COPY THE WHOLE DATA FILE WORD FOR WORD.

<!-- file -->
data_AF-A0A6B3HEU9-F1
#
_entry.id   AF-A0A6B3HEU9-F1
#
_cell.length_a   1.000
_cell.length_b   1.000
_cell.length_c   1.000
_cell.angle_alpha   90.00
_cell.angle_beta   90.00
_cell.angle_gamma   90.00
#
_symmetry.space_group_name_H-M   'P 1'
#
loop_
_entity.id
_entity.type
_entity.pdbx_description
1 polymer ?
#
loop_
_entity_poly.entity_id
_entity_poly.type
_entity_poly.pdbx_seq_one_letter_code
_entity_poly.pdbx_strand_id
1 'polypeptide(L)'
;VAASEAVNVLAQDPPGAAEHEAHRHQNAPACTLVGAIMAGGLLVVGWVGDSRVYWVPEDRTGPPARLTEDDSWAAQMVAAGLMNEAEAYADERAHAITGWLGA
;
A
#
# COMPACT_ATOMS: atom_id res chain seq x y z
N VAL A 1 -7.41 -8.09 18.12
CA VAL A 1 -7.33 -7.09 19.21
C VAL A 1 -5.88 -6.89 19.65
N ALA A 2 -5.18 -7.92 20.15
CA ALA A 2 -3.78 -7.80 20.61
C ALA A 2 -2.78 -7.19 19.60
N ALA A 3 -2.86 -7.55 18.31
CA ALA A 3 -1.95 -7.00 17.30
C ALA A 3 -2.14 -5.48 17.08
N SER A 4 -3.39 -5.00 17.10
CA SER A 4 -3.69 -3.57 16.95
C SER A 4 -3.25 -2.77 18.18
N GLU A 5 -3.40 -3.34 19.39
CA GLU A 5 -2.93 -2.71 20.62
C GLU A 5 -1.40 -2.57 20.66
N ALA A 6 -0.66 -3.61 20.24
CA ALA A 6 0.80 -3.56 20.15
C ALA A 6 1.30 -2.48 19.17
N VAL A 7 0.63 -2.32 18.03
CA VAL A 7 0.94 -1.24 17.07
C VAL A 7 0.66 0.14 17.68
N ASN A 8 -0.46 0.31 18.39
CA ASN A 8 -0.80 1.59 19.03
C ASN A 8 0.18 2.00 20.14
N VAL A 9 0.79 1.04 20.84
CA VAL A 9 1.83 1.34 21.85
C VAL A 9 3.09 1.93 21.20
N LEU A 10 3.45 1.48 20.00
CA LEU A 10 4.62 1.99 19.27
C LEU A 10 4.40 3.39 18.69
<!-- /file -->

data_AF-A0A6B3HEU9-F1
#
_entry.id   AF-A0A6B3HEU9-F1
#
_cell.length_a   1.000
_cell.length_b   1.000
_cell.length_c   1.000
_cell.angle_alpha   90.00
_cell.angle_beta   90.00
_cell.angle_gamma   90.00
#
_symmetry.space_group_name_H-M   'P 1'
#
loop_
_entity.id
_entity.type
_entity.pdbx_description
1 polymer ?
#
loop_
_entity_poly.entity_id
_entity_poly.type
_entity_poly.pdbx_seq_one_letter_code
_entity_poly.pdbx_strand_id
1 'polypeptide(L)'
;VAASEAVNVLAQDPPGAAEHEAHRHQNAPACTLVGAIMAGGLLVVGWVGDSRVYWVPEDRTGPPARLTEDDSWAAQMVAAGLMNEAEAYADERAHAITGWLGA
;
A
#
# COMPACT_ATOMS: atom_id res chain seq x y z
N VAL A 1 -7.41 -8.09 18.12
CA VAL A 1 -7.33 -7.09 19.21
C VAL A 1 -5.88 -6.89 19.65
N ALA A 2 -5.18 -7.92 20.15
CA ALA A 2 -3.78 -7.80 20.61
C ALA A 2 -2.78 -7.19 19.60
N ALA A 3 -2.86 -7.55 18.31
CA ALA A 3 -1.95 -7.00 17.30
C ALA A 3 -2.14 -5.48 17.08
N SER A 4 -3.39 -5.00 17.10
CA SER A 4 -3.69 -3.57 16.95
C SER A 4 -3.25 -2.77 18.18
N GLU A 5 -3.40 -3.34 19.39
CA GLU A 5 -2.93 -2.71 20.62
C GLU A 5 -1.40 -2.57 20.66
N ALA A 6 -0.66 -3.61 20.24
CA ALA A 6 0.80 -3.56 20.15
C ALA A 6 1.30 -2.48 19.17
N VAL A 7 0.63 -2.32 18.03
CA VAL A 7 0.94 -1.24 17.07
C VAL A 7 0.66 0.14 17.68
N ASN A 8 -0.46 0.31 18.39
CA ASN A 8 -0.80 1.59 19.03
C ASN A 8 0.18 2.00 20.14
N VAL A 9 0.79 1.04 20.84
CA VAL A 9 1.83 1.34 21.85
C VAL A 9 3.09 1.93 21.20
N LEU A 10 3.45 1.48 20.00
CA LEU A 10 4.62 1.99 19.27
C LEU A 10 4.40 3.39 18.69